One who is such, calmed and ever mindful, He has no sorrows! -- Udana IV, 7


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Re: Why Meditate?

Postby Travis » Fri May 25, 2012 2:34 am

retrofuturist wrote:
mikenz66 wrote:I see no contradiction between:
1. When one is having actual insight there is nothing negative (only pleasant or neutral feeling).
2. In the process of getting to those insights there may be difficulties (unpleasant feeling, etc.)

Neither do I, but I do see a contradiction between that and the curve on the diagram above.

In other words, the "having actual insight" should not be a low point.


Hi Retro,
The two don't seem contradictory to me. The diagram doesn't account for the relative experience of each individual Nana (1. only pleasant or neutral feeling), only the perceived progress [including 2. difficulties (unpleasant feeling, etc.)] and speed of noting.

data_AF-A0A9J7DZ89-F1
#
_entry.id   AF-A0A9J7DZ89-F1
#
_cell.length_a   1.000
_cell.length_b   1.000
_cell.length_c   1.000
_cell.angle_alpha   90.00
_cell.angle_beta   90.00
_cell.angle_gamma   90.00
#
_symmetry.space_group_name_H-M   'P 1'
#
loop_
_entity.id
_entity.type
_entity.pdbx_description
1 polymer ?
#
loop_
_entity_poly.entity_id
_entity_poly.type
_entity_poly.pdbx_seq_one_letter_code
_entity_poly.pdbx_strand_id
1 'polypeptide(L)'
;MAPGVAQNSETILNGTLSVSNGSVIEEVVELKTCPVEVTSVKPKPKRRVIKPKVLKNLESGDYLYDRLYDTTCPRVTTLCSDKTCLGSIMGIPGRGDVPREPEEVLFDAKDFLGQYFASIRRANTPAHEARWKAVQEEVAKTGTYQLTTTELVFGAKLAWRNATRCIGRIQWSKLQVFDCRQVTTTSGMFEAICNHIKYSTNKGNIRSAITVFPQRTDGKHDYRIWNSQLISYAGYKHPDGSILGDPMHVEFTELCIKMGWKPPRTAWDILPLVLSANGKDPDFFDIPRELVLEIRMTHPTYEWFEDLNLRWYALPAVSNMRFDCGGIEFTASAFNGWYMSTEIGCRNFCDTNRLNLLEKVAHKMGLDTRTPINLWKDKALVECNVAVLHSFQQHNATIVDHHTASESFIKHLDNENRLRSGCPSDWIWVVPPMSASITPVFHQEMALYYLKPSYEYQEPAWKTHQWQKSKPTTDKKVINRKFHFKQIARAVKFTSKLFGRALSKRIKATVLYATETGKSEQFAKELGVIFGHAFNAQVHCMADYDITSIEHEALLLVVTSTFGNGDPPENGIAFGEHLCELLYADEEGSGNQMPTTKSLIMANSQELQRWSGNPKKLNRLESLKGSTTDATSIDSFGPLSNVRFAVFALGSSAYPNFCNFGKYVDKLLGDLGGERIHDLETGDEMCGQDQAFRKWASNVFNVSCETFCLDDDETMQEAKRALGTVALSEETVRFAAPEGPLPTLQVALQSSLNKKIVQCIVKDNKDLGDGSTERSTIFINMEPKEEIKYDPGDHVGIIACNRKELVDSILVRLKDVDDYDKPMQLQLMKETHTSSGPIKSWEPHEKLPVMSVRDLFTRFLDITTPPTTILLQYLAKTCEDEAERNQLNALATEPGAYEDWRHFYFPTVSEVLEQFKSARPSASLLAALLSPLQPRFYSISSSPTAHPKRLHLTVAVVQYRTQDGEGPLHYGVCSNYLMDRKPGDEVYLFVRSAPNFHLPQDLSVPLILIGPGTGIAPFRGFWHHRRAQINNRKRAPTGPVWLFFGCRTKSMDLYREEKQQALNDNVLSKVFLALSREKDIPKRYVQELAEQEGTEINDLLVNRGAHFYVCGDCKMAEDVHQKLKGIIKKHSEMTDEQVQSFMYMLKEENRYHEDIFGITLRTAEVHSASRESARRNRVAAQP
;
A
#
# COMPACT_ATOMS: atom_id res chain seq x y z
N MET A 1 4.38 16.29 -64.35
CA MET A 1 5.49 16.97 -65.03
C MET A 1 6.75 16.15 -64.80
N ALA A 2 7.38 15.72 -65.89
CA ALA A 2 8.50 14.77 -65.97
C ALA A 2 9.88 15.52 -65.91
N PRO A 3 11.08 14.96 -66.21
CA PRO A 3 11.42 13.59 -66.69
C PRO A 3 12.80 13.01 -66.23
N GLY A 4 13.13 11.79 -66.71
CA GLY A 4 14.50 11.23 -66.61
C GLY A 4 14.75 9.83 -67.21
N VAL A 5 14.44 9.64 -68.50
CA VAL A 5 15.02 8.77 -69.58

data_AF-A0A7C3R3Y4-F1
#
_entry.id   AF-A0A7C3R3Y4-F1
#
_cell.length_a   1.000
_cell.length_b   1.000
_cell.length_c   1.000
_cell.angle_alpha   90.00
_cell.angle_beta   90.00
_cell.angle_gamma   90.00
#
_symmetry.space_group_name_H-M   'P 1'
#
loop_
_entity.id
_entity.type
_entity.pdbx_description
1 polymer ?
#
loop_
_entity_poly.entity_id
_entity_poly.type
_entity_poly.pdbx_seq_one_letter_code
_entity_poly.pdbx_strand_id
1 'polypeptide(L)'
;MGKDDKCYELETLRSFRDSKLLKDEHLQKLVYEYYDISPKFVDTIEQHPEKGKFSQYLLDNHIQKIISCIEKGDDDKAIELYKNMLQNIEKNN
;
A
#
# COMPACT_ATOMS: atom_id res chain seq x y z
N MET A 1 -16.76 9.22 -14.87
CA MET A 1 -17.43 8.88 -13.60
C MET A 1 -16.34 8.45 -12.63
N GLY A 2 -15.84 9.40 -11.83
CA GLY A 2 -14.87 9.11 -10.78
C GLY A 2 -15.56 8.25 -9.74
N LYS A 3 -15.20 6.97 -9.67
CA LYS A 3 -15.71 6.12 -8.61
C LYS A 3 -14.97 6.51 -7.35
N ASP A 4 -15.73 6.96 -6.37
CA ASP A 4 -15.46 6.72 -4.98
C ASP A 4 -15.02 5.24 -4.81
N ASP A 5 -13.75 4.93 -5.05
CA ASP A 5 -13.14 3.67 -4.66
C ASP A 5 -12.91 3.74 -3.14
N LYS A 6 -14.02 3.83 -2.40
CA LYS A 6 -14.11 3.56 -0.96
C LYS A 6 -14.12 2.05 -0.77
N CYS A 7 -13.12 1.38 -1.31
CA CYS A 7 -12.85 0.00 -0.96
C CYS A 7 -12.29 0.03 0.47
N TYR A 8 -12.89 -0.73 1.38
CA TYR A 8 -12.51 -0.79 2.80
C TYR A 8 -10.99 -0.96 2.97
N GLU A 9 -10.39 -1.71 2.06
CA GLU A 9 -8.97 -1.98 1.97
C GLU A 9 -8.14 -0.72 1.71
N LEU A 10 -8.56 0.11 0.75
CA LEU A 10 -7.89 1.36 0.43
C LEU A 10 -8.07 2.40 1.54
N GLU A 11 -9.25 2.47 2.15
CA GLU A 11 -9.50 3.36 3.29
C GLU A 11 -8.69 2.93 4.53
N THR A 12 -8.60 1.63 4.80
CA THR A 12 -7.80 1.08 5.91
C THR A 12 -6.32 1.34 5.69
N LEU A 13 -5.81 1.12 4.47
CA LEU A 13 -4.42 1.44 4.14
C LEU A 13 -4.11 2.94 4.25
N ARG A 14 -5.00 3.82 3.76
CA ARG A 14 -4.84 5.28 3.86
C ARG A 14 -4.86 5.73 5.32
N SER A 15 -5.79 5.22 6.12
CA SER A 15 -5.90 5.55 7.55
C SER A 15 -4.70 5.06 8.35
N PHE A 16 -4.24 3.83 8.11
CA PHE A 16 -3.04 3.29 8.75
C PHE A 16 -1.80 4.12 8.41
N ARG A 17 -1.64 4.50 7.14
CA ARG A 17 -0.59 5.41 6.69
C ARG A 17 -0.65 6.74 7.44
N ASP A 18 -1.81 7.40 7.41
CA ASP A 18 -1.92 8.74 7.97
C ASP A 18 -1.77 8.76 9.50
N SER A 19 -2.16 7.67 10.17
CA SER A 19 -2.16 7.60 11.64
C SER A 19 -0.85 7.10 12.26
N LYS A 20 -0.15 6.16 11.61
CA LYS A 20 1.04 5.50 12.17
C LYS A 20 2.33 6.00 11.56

-Travis
Last edited by Travis on Fri May 25, 2012 2:37 am, edited 3 times in total.
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Re: Why Meditate?

Postby Prasadachitta » Fri May 25, 2012 2:34 am

"'Joy is of two sorts, I tell you, deva-king: to be pursued & not to be pursued.' Thus was it said. And in reference to what was it said? When one knows of a feeling of joy, 'As I pursue this joy, unskillful mental qualities increase, and skillful mental qualities decline,' that sort of joy is not to be pursued. When one knows of a feeling of joy, 'As I pursue this joy, unskillful mental qualities decline, and skillful mental qualities increase,' that sort of joy is to be pursued. And this sort of joy may be accompanied by directed thought & evaluation or free of directed thought & evaluation. Of the two, the latter is the more refined. 'Joy is of two sorts, I tell you, deva-king: to be pursued & not to be pursued.' Thus was it said. And in reference to this was it said.